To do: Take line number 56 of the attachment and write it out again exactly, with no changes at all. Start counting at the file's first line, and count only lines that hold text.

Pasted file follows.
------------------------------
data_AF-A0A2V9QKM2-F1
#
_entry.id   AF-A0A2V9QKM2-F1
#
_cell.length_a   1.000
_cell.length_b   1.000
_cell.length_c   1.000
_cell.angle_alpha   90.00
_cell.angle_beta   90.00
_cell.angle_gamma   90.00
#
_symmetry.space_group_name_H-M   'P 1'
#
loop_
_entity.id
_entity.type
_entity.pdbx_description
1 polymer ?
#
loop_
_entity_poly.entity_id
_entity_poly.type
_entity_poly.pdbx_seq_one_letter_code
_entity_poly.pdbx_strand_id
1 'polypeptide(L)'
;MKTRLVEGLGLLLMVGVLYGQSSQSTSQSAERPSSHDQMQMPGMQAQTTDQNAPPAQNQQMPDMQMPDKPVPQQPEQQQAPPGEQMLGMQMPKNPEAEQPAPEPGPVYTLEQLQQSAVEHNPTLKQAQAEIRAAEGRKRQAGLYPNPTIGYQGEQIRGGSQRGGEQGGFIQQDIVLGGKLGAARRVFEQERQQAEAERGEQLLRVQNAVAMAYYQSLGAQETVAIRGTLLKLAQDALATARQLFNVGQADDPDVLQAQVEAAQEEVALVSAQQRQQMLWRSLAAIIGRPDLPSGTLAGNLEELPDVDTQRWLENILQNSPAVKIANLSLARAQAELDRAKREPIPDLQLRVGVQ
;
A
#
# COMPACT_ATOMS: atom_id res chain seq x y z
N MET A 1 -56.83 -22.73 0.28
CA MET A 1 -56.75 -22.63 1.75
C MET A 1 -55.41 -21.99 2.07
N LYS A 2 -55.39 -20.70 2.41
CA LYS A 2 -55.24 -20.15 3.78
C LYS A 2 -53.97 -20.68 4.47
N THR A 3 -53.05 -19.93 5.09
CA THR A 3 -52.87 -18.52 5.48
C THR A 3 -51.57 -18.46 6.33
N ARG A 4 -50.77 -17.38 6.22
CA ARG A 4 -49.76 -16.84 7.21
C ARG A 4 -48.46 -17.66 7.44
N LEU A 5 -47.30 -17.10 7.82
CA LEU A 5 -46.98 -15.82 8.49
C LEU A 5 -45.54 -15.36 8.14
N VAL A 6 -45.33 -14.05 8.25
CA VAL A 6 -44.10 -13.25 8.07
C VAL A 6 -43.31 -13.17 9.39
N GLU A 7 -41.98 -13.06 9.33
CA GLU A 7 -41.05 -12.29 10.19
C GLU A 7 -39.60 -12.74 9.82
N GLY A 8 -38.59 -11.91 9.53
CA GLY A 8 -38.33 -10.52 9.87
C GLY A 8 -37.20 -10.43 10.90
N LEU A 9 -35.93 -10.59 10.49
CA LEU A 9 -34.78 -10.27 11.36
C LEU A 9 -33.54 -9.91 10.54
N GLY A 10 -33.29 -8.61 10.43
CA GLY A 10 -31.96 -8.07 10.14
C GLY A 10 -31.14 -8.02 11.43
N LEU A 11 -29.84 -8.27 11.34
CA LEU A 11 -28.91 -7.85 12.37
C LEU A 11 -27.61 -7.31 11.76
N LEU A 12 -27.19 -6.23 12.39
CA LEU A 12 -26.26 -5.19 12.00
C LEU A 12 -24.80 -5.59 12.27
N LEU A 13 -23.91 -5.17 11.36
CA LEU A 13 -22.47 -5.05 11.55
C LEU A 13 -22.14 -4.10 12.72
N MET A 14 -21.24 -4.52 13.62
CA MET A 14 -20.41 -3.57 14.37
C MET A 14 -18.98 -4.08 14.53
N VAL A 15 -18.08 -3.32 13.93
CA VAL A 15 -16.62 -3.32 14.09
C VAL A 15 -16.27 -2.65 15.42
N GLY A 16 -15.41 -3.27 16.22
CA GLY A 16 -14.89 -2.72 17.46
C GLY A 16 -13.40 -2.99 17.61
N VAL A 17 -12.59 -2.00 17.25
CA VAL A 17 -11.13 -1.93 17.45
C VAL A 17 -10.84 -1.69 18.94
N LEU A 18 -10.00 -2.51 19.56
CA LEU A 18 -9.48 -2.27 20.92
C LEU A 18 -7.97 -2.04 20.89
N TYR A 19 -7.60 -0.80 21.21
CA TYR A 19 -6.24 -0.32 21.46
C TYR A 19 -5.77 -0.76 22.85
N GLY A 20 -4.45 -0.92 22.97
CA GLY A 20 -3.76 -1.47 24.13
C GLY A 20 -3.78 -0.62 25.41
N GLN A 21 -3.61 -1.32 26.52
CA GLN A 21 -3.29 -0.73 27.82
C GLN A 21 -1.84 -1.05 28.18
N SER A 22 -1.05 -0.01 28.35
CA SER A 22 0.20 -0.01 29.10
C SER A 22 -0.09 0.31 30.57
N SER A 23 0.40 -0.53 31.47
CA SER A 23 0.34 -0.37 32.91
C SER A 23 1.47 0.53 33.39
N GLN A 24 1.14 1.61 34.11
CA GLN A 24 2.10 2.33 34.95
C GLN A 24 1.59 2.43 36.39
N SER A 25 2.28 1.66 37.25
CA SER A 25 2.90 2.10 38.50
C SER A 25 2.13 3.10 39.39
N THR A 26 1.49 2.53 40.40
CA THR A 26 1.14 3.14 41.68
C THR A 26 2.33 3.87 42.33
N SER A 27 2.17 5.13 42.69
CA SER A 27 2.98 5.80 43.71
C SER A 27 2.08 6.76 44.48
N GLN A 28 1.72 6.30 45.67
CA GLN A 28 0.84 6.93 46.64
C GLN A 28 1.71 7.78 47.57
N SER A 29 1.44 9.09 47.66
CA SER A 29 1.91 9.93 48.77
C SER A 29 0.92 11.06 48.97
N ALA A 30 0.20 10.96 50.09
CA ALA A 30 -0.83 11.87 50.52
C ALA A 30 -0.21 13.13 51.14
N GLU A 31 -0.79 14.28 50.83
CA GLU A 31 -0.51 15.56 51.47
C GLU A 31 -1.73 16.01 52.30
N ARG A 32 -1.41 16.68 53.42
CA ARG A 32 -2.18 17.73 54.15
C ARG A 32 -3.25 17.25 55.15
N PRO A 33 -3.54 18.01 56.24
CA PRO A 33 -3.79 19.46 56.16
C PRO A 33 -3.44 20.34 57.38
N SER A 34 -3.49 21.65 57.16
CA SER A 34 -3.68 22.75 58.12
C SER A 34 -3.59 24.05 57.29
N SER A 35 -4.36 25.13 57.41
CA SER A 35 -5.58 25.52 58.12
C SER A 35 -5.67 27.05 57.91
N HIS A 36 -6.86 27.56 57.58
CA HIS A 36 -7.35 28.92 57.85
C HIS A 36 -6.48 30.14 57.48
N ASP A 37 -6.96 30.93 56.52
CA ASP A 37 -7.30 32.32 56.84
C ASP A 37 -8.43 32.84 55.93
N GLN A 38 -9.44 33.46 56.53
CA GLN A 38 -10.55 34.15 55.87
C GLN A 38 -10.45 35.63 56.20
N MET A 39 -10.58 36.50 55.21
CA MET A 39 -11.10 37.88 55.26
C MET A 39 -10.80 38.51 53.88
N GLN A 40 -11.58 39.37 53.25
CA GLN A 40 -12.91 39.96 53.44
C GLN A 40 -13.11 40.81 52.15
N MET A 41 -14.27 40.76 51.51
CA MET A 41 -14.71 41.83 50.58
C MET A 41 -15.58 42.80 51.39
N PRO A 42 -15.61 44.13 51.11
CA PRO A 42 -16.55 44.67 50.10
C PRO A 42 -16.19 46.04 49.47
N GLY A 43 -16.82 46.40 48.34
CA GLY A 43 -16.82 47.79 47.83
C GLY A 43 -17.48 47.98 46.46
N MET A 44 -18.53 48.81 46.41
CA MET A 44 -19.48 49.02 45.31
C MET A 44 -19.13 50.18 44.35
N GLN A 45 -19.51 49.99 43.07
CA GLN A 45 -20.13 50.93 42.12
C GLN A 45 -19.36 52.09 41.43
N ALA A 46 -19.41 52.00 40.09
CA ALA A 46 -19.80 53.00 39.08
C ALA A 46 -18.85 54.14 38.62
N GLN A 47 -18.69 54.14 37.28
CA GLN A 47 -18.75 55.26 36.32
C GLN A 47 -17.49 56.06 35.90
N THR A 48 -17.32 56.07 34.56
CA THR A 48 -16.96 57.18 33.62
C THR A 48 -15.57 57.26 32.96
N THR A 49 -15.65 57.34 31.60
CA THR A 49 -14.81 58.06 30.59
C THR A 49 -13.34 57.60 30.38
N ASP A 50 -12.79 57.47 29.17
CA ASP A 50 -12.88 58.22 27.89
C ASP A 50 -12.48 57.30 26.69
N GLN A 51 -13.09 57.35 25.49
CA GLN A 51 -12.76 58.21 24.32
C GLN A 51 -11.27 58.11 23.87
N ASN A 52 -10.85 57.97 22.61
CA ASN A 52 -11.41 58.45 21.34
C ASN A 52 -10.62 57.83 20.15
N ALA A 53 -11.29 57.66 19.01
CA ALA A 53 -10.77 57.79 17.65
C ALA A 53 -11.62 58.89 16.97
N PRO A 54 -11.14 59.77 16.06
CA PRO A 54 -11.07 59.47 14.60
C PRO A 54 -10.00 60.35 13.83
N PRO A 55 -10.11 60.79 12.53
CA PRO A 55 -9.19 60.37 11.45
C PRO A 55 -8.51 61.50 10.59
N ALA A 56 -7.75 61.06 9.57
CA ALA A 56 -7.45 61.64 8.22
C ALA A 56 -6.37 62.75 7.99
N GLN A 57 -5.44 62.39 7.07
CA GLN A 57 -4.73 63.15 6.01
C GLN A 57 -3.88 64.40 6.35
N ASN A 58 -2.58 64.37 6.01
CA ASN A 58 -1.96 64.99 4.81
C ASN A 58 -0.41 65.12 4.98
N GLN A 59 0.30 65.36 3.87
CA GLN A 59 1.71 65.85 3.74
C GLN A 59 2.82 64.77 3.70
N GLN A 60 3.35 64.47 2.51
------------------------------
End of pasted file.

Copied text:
CA LEU A 9 -34.78 -10.27 11.36